Tap... Tap... Is this thing on? (Reloads)
At the end of 2008, my #1 prediction for 2009 in the world of tech was that the real-time Web was going to grow in awareness and importance - and that a growing number of early adopters and fast followers were going to turn to sites that delivered instant updates, without waiting for filtered analysis. But there are other aspects of the Web that seemingly should be instant, and are nothing but. Brick and mortar institutions that have moved to the Web still have the delays common with their offline institutions. Pure online plays can't manage to update their data as months and years change. And the result is frustrating. As I find some services doing a fantastic job of updating instantly, it's those that lag that drive me absolutely nuts.
Back in 2006, when this blog had maybe three total readers, myself being counted twice, I encountered an issue where eTrade took seemingly ages to send from my account to a third party bank. As the two posts on the matter, from August 20, 2006 and August 24, 2006, show, a simple process of selling stock, converting it to cash and shipping it to Bank of America, that should have happened practically immediately, took about a week. While at the time I was mostly just annoyed, near the end of the year, in what looked like an instant replay, I actually bounced checks for this very reason.
As I've written about a few times on the blog, I opened up a checking account with eTrade near the end of 2007. Given the crisis at many financial institutions in 2008, it seemed a good move to have some of my cash at Wells Fargo and some at eTrade, in case one had issues. But at the end of 2007, I had to write a check that exceeded the amount of my holdings at either bank, but was less than the total amount between the two. So, planning ahead, or so I thought, I transfered money from Wells Fargo to eTrade. Days later, I wrote the check, knowing I had enough cash to cover it. But days later, I got notification my check had bounced, and eTrade did me the favor of charging me a $25 overdraft fee.
Meanwhile, I substituted the old check with a new one for the same amount, and resubmitted, as the deposit made its way through. But instead of the second one going through, and the first begin canceled, eTrade billed me a second overdraft charge, saying now that the first check had passed through, and the second had bounced. Freakin' brilliant.
So... we're dealing with that. Meanwhile, with my eTrade bank account in a thinned-state, the mortgage came due, automatically debiting from my wife's B of A account (we're working on closing that out). I wrote her a check to cover the amount, while at the same time, selling stock on eTrade's brokerage side to transfer to the checking side to give the appropriate cushion. That was done at the end of last week, but only just tonight did I get the chance to transfer the funds to the right place. Annoying. The last thing I wanted to do was bounce, yes, a third check, and then have my wife bounce her own account and have us in trouble with the mortgage company, when in fact, we did have the money, but just didn't have access to it.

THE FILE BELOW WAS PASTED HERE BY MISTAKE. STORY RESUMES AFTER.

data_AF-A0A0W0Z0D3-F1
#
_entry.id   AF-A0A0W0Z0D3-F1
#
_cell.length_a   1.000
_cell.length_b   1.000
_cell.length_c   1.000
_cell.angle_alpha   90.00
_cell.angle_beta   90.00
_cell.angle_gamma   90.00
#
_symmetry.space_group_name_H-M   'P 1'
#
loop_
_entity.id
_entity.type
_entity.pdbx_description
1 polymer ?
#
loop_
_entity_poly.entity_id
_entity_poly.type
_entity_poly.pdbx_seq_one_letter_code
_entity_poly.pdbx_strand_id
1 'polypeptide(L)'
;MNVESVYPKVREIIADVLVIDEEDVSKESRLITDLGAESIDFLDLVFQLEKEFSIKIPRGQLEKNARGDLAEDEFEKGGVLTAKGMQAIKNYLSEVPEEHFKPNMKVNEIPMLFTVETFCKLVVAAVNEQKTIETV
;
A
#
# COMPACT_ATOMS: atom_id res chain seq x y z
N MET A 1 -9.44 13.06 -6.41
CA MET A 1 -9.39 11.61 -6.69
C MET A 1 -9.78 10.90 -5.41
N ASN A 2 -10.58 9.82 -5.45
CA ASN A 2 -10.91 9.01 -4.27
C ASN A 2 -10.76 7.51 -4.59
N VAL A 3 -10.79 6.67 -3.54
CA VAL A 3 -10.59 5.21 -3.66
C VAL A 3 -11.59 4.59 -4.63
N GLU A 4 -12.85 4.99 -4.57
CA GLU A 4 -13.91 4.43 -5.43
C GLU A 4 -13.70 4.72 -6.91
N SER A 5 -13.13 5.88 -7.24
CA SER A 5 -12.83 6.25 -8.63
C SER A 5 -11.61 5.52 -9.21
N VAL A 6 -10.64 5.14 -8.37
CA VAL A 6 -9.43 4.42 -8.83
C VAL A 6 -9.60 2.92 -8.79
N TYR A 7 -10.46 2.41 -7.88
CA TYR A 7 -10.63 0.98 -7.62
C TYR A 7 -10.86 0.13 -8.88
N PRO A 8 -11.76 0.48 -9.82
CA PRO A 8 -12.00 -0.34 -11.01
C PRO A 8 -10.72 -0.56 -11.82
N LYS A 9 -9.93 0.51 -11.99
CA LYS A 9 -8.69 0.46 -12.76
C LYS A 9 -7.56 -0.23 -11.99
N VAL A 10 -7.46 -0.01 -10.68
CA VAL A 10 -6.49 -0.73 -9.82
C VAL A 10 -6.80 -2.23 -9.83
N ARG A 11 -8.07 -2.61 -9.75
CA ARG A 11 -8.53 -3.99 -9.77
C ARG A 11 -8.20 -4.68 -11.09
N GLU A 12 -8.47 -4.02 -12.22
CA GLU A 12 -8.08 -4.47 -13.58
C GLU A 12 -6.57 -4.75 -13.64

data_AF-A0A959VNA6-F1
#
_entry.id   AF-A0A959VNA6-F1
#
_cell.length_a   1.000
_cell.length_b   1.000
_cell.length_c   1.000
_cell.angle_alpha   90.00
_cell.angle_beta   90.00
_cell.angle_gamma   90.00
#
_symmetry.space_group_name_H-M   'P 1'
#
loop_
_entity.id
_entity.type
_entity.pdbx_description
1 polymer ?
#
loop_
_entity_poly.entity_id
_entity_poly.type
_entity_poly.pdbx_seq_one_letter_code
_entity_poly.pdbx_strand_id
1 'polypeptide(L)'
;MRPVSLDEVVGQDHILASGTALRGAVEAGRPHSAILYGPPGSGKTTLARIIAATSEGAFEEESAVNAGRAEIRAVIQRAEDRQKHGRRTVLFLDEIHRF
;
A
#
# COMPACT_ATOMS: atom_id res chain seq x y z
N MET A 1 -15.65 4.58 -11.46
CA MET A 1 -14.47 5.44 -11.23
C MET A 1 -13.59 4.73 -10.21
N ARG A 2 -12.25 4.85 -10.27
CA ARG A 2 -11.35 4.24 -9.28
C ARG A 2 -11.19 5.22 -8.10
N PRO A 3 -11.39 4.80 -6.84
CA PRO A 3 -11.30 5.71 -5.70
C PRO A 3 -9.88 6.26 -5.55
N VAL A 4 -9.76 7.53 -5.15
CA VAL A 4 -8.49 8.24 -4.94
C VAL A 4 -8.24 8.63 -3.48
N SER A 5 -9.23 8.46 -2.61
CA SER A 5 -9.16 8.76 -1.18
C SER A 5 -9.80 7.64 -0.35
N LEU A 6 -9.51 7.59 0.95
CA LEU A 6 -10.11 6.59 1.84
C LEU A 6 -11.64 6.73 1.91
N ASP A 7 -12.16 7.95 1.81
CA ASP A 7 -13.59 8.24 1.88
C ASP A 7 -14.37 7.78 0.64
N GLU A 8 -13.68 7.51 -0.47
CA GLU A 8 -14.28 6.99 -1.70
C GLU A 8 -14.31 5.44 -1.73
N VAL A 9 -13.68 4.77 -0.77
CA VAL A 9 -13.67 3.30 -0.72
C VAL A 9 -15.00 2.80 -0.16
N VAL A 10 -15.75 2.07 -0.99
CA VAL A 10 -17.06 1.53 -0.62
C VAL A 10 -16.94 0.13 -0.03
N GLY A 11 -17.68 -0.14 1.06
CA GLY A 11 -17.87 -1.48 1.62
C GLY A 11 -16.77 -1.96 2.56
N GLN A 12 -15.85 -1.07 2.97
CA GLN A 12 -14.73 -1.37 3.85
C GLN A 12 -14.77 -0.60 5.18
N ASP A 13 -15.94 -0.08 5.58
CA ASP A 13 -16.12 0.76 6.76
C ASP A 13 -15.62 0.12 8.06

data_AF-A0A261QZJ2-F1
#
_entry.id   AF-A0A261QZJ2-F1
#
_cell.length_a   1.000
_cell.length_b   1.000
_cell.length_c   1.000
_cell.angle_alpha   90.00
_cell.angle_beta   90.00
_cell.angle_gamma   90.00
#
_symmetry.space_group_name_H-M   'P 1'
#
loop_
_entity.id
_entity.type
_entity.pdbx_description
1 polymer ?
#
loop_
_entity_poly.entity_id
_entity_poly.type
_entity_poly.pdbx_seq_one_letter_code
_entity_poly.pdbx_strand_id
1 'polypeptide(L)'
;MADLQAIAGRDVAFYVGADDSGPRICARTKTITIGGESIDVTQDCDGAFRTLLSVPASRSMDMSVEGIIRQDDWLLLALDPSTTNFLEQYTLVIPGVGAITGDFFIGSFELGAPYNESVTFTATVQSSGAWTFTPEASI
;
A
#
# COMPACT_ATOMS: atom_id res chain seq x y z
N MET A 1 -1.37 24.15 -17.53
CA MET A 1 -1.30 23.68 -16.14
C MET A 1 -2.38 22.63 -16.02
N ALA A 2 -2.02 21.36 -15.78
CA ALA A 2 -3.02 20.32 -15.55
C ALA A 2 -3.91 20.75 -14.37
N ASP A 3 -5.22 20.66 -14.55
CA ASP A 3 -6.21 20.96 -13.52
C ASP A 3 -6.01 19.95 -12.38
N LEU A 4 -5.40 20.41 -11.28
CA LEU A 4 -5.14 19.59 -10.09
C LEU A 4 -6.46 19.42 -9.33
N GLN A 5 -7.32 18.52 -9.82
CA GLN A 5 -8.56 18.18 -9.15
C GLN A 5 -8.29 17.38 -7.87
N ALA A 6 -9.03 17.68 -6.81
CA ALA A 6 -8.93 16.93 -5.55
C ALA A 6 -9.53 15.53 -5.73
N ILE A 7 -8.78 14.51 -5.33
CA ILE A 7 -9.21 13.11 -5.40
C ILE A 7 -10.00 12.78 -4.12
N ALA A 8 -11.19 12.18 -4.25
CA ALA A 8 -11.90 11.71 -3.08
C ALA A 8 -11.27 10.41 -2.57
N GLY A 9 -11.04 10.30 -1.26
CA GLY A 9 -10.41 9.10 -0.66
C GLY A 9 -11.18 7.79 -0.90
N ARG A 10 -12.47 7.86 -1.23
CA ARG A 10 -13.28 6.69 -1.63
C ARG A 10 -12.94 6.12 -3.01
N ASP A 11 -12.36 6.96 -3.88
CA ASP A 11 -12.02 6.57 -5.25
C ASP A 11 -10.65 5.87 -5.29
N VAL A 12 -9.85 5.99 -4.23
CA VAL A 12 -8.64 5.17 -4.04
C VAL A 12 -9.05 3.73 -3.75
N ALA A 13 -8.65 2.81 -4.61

I know financial institutions have these old-fashioned rules that allow a certain number of business days to make funds available, and that things aren't as easy as simply dragging and dropping money from one account to another, but given the seeming simplicity of the Web, I've got to believe there is a better way. Why should I have had to check in with eTrade first thing every morning, multiple times during the day and again at night to see if their system would let me have access to my own money? The Web should remove the restrictions not just of physical limitations, but of time as well. Just get it done.
Which gets me to my next item...
It's January 7th, right? So why, oh why, is there any reason that Compete.com's data still stops at November of 2008? Are they still waiting for those year-end reports to trickle in from December? It makes absolutely no sense. At 12:01 a.m. on January 1st, I could have given you the exact statistics for this site. Sitemeter just checks in with real-time data, and it keeps going. But Compete.com, the Web's easy way out when it comes to getting comparative traffic stats, is asleep. Call Alexa all the names you want, but at least they show December and the first part of January. Ridiculous.
But those services aren't alone...
Web digerati from Steve Gillmor to Gabe Rivera have been slamming FeedBurner's slow pickup of news and translation to RSS. RSS is practically the lifebood of today's connected, always updated, mobile content world, and the Google-owned property has put innovation on hold by hitting the snooze button.
I've seen this many times myself, as I go through Google Reader, seeing posts that took place hours and hours ago. I used to blame Google Reader for the issue... (See: Warning: Google Reader Congestion of Up to Five Hours) but now it's clear the offender is FeedBurner. If FeedBurner is destroying the capability of the real-time Web, there needs to be an alternative. There's really no good reason with so much technology at Google, and on the Web in general, that we can't find a real real-time solution.
I could keep going... but I am going to reward those services and companies that get the real-time instant Web right. There's no reason I should have to wait for my money, my data, my feeds, or any of that. I'm done with waiting.